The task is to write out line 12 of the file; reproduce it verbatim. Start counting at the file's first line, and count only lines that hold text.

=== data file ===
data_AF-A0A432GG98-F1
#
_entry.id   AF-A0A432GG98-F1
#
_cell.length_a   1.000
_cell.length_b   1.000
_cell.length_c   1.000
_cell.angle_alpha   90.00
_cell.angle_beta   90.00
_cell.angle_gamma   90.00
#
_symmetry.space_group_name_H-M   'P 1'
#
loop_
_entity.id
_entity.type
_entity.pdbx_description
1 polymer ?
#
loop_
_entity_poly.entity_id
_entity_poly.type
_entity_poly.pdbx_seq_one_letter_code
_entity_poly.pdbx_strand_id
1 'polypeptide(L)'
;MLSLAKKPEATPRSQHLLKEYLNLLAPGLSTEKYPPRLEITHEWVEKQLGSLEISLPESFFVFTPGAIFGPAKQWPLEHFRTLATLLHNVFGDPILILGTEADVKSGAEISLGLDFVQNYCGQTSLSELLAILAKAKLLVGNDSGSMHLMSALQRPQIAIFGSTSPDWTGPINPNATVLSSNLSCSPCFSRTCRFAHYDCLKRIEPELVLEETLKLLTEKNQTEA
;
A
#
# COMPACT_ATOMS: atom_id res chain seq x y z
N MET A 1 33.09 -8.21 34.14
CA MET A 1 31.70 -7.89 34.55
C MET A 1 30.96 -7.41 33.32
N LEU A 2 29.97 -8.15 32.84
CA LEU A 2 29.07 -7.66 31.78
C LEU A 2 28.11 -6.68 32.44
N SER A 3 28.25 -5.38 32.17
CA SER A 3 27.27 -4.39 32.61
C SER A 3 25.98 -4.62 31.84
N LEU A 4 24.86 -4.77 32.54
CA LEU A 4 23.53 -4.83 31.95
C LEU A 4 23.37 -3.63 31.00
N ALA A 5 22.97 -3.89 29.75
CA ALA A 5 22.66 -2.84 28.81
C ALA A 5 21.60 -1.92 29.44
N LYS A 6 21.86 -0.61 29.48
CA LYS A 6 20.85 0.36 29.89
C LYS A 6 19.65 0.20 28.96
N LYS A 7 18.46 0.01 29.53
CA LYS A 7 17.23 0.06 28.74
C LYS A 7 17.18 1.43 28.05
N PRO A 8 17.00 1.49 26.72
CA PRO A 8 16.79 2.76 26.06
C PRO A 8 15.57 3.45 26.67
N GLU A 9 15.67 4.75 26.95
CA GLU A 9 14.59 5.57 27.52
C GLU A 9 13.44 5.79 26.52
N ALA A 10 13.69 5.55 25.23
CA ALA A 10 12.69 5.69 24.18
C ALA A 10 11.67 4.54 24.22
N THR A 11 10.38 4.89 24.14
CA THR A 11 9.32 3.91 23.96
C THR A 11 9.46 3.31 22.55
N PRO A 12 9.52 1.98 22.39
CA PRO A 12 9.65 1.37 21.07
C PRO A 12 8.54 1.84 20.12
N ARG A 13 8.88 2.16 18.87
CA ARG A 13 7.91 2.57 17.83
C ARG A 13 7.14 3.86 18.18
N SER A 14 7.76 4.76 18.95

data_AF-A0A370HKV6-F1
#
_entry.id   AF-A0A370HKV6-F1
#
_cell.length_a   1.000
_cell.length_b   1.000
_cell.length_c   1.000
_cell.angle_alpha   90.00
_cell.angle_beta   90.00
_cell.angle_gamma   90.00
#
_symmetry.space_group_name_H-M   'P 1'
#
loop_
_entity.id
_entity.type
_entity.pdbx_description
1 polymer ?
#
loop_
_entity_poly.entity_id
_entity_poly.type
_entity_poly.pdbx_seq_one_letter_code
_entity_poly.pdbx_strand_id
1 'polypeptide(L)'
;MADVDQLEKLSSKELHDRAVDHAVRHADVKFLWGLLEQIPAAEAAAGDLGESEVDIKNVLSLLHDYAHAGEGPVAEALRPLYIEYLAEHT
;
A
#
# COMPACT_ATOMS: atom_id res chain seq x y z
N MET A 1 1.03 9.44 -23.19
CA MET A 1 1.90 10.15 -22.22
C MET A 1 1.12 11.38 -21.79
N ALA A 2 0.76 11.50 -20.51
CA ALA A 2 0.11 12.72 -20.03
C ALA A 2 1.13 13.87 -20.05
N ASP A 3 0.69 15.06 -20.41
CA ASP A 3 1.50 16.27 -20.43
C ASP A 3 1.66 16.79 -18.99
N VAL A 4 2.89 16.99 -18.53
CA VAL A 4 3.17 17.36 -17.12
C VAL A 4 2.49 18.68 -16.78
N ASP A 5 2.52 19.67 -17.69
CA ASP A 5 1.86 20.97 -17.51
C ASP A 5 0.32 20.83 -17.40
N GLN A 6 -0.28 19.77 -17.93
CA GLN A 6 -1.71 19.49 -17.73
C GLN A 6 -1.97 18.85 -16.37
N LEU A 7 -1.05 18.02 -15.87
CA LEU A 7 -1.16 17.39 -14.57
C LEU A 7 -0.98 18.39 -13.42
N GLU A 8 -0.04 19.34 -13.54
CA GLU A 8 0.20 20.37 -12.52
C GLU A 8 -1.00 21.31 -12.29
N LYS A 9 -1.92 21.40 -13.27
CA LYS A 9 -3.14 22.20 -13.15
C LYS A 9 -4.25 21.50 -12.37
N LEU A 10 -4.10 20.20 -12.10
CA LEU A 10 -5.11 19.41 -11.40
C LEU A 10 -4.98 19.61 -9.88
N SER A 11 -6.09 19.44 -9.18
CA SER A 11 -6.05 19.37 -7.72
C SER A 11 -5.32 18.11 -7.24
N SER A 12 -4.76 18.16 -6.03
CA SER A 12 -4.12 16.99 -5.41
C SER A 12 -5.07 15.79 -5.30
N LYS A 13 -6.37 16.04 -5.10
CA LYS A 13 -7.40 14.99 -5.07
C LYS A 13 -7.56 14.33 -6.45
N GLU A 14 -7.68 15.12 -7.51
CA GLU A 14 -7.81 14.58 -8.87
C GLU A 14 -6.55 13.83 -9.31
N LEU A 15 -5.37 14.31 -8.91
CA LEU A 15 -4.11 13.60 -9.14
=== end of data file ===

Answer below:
_symmetry.space_group_name_H-M   'P 1'